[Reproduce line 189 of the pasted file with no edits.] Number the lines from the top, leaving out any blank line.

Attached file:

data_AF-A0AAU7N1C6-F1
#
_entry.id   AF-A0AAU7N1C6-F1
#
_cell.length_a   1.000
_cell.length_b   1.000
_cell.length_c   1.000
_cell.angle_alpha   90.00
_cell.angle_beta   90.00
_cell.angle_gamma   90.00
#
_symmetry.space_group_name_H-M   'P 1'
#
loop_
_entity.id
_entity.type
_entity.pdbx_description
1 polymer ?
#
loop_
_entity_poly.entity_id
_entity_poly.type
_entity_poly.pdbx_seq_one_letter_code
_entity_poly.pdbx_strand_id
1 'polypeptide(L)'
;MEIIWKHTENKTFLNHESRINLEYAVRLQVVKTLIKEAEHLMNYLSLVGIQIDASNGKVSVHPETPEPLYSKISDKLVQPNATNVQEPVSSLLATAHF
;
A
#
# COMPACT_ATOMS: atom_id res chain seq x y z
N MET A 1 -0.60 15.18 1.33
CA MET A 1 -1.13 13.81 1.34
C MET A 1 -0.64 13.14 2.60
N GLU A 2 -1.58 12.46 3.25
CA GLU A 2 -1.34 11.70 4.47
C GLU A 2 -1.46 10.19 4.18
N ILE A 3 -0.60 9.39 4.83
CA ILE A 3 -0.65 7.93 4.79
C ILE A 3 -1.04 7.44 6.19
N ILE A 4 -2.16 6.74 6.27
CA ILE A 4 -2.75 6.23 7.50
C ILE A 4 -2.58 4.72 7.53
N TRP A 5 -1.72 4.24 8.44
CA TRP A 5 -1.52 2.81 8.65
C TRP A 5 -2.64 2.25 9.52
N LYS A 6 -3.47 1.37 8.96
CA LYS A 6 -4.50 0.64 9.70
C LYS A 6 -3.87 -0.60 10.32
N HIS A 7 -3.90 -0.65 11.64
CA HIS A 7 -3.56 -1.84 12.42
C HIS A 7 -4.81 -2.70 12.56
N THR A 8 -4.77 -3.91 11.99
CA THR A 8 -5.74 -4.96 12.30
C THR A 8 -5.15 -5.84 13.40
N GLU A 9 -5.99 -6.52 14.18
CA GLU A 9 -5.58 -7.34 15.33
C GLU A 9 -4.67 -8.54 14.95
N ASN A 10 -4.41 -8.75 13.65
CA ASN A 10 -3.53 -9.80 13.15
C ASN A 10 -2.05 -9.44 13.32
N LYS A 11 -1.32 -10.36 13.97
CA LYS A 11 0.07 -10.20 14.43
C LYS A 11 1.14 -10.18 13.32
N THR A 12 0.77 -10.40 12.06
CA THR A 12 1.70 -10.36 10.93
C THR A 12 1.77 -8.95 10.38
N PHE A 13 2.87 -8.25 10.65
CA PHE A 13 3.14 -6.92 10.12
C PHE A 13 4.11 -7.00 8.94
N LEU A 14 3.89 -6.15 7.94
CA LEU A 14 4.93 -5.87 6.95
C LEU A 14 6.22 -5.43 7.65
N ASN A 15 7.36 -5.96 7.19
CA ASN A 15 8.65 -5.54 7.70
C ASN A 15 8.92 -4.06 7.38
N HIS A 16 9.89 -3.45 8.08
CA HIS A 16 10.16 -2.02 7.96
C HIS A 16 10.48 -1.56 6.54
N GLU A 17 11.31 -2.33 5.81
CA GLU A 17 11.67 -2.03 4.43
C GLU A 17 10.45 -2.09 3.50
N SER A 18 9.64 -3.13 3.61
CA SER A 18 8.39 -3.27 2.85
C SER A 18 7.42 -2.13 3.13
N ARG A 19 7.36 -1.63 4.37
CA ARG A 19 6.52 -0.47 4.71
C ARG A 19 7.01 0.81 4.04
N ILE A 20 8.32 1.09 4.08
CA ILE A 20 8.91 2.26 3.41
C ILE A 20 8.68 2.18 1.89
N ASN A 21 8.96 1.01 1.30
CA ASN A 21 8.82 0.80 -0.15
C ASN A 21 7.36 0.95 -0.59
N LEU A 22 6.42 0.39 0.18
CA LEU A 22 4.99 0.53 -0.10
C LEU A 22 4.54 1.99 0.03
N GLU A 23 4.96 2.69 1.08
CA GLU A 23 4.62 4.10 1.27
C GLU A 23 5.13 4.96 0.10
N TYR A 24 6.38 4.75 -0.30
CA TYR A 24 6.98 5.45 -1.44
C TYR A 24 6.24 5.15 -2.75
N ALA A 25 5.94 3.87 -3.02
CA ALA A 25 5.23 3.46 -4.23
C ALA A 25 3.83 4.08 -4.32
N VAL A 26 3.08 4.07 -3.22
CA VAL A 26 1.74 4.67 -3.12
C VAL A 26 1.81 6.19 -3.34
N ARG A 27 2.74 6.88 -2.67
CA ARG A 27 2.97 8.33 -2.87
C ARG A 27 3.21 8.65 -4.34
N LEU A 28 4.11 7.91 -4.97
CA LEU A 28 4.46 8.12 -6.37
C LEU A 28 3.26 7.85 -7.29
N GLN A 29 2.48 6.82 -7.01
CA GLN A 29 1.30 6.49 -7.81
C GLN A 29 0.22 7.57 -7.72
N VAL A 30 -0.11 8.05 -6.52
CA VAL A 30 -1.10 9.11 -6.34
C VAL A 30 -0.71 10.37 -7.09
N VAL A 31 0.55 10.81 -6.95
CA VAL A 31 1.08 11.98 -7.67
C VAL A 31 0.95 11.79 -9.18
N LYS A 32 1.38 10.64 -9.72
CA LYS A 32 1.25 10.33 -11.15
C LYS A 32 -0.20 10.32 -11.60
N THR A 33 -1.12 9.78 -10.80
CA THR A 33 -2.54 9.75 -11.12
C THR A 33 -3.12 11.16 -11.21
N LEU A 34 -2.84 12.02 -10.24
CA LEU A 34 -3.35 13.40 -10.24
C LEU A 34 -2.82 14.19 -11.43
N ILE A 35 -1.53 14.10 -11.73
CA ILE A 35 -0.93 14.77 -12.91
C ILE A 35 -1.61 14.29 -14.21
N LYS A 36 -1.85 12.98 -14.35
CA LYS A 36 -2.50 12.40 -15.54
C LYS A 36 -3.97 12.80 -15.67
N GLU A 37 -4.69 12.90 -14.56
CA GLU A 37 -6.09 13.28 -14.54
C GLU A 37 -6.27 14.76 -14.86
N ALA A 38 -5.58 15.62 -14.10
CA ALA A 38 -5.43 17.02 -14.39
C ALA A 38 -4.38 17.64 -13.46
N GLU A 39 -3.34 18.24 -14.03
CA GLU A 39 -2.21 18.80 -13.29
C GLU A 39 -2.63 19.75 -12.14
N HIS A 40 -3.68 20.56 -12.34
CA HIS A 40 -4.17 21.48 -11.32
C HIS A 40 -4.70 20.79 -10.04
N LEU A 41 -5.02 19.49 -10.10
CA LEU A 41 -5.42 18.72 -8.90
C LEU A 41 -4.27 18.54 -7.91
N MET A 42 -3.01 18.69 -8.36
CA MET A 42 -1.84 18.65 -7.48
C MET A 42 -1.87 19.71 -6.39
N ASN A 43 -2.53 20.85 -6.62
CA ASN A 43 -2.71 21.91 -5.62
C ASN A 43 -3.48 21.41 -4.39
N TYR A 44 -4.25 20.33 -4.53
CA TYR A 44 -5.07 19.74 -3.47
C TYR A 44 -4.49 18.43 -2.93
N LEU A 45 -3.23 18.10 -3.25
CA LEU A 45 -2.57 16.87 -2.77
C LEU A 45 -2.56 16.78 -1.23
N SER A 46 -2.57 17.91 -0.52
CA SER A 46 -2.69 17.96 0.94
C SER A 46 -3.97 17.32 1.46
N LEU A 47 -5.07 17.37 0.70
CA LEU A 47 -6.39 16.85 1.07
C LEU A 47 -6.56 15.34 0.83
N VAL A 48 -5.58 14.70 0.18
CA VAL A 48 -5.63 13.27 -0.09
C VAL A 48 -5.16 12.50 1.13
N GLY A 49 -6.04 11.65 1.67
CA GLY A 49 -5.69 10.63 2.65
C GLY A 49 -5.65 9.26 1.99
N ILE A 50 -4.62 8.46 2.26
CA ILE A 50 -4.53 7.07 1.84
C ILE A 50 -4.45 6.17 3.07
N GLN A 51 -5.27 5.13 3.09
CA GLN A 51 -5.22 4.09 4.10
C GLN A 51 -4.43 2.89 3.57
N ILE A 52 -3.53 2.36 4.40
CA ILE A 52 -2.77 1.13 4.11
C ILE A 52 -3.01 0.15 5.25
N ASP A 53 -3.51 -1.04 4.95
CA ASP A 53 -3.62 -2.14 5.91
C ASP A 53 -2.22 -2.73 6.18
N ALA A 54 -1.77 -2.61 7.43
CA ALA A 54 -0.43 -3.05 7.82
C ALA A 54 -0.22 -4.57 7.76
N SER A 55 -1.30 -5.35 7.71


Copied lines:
C ASP A 53 -2.22 -2.73 6.18